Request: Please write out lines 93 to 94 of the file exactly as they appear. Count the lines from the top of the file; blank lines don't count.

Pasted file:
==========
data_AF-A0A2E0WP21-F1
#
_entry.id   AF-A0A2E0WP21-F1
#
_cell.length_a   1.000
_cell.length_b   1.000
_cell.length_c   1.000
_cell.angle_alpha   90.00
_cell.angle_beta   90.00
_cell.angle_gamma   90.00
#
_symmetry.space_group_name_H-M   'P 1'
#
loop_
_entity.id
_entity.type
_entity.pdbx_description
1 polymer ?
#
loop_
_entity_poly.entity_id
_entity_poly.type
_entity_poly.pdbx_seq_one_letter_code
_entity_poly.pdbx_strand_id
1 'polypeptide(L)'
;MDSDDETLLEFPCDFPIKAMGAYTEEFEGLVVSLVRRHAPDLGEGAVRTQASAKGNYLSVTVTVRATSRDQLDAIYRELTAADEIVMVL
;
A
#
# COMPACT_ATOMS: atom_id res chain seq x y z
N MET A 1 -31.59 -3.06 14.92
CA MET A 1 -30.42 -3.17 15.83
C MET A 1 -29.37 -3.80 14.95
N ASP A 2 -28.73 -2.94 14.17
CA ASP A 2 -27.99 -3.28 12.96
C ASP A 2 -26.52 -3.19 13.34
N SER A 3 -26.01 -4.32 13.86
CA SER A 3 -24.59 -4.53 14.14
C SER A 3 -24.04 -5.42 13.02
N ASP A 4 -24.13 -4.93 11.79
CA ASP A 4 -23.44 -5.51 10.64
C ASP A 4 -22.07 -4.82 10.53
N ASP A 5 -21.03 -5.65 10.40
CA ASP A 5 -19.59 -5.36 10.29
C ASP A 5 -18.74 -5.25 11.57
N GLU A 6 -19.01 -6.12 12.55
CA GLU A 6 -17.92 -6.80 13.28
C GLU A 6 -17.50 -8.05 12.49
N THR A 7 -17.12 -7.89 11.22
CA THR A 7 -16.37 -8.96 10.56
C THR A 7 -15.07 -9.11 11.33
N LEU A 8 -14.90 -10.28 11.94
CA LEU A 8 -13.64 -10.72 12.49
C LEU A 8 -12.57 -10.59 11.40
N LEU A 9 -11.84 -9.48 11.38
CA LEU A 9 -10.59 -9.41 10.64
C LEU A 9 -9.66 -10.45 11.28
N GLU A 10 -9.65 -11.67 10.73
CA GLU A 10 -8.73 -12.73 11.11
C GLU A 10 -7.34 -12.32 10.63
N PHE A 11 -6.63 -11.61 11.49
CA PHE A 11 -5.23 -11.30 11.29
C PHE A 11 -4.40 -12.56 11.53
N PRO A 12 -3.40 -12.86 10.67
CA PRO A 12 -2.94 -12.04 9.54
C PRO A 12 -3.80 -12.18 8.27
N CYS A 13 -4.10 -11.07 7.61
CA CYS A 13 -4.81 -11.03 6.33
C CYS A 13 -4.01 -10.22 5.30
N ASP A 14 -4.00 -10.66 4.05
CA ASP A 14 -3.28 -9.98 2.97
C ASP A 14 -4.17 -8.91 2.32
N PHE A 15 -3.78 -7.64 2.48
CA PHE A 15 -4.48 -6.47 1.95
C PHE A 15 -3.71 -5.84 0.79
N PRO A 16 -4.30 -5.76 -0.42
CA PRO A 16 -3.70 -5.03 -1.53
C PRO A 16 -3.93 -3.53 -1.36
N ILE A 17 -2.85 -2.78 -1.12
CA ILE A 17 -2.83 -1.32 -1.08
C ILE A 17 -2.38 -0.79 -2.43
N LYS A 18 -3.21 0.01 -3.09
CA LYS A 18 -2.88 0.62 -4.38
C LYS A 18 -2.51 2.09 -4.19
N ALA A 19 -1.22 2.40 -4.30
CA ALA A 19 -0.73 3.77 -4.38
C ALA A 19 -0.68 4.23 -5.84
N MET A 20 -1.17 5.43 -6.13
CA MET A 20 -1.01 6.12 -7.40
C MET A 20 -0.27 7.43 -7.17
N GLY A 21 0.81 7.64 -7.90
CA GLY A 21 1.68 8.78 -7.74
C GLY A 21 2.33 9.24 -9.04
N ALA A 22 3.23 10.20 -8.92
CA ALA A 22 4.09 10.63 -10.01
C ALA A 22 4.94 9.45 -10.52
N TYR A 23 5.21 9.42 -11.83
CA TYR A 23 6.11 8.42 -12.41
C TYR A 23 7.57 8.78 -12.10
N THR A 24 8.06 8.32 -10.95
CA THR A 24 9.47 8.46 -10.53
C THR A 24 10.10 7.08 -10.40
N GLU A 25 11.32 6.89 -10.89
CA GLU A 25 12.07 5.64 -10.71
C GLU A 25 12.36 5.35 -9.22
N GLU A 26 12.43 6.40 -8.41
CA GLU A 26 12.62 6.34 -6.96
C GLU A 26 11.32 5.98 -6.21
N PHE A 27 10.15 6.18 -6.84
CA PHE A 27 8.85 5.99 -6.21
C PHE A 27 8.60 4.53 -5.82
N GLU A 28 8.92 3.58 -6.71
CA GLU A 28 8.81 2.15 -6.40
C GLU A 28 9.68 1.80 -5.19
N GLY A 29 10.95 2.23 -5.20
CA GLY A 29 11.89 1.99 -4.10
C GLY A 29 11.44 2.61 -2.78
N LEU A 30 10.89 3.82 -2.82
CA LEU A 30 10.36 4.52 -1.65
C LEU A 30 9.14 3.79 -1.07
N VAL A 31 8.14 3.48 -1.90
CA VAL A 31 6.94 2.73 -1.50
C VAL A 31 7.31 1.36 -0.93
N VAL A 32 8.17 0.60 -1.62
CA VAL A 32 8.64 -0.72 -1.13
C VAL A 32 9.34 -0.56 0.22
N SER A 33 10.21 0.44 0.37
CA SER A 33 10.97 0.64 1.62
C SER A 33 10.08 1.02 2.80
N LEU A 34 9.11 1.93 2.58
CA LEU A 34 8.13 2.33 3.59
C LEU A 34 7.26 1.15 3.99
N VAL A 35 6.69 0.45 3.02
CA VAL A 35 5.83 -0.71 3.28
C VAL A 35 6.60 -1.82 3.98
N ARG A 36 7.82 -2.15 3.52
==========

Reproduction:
C GLY A 21 2.33 9.24 -9.04
N ALA A 22 3.23 10.20 -8.92